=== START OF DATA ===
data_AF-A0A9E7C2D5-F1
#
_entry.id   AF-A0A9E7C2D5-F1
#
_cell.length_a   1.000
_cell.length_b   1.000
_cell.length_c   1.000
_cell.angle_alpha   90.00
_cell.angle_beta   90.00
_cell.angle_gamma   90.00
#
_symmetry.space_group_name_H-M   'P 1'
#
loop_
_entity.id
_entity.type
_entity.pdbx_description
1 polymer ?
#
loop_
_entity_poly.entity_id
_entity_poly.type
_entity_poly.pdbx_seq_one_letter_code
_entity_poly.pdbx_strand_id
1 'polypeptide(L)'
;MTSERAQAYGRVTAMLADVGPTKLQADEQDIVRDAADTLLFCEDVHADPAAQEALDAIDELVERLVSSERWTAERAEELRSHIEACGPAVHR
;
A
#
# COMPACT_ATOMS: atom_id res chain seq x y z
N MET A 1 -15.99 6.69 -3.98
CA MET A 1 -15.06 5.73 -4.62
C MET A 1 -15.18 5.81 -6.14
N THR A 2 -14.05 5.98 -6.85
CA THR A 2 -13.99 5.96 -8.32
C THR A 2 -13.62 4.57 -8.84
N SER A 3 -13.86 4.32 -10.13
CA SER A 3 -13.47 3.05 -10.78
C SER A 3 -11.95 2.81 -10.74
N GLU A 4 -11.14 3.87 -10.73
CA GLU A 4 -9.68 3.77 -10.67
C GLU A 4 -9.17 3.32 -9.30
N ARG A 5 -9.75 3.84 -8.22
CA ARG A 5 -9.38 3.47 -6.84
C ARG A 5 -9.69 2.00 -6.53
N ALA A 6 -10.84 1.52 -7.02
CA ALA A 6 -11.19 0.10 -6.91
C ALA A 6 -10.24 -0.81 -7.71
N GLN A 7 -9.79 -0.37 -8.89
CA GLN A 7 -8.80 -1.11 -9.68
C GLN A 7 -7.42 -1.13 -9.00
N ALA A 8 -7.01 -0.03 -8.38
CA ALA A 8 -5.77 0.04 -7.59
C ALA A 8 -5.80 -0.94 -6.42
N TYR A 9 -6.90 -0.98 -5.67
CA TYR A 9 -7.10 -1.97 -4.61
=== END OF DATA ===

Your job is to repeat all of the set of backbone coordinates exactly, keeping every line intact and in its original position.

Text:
data_AF-A0A9E7C2D5-F1
#
_entry.id   AF-A0A9E7C2D5-F1
#
_cell.length_a   1.000
_cell.length_b   1.000
_cell.length_c   1.000
_cell.angle_alpha   90.00
_cell.angle_beta   90.00
_cell.angle_gamma   90.00
#
_symmetry.space_group_name_H-M   'P 1'
#
loop_
_entity.id
_entity.type
_entity.pdbx_description
1 polymer ?
#
loop_
_entity_poly.entity_id
_entity_poly.type
_entity_poly.pdbx_seq_one_letter_code
_entity_poly.pdbx_strand_id
1 'polypeptide(L)'
;MTSERAQAYGRVTAMLADVGPTKLQADEQDIVRDAADTLLFCEDVHADPAAQEALDAIDELVERLVSSERWTAERAEELRSHIEACGPAVHR
;
A
#
# COMPACT_ATOMS: atom_id res chain seq x y z
N MET A 1 -15.99 6.69 -3.98
CA MET A 1 -15.06 5.73 -4.62
C MET A 1 -15.18 5.81 -6.14
N THR A 2 -14.05 5.98 -6.85
CA THR A 2 -13.99 5.96 -8.32
C THR A 2 -13.62 4.57 -8.84
N SER A 3 -13.86 4.32 -10.13
CA SER A 3 -13.47 3.05 -10.78
C SER A 3 -11.95 2.81 -10.74
N GLU A 4 -11.14 3.87 -10.73
CA GLU A 4 -9.68 3.77 -10.67
C GLU A 4 -9.17 3.32 -9.30
N ARG A 5 -9.75 3.84 -8.22
CA ARG A 5 -9.38 3.47 -6.84
C ARG A 5 -9.69 2.00 -6.53
N ALA A 6 -10.84 1.52 -7.02
CA ALA A 6 -11.19 0.10 -6.91
C ALA A 6 -10.24 -0.81 -7.71
N GLN A 7 -9.79 -0.37 -8.89
CA GLN A 7 -8.80 -1.11 -9.68
C GLN A 7 -7.42 -1.13 -9.00
N ALA A 8 -7.01 -0.03 -8.38
CA ALA A 8 -5.77 0.04 -7.59
C ALA A 8 -5.80 -0.94 -6.42
N TYR A 9 -6.90 -0.98 -5.67
CA TYR A 9 -7.10 -1.97 -4.61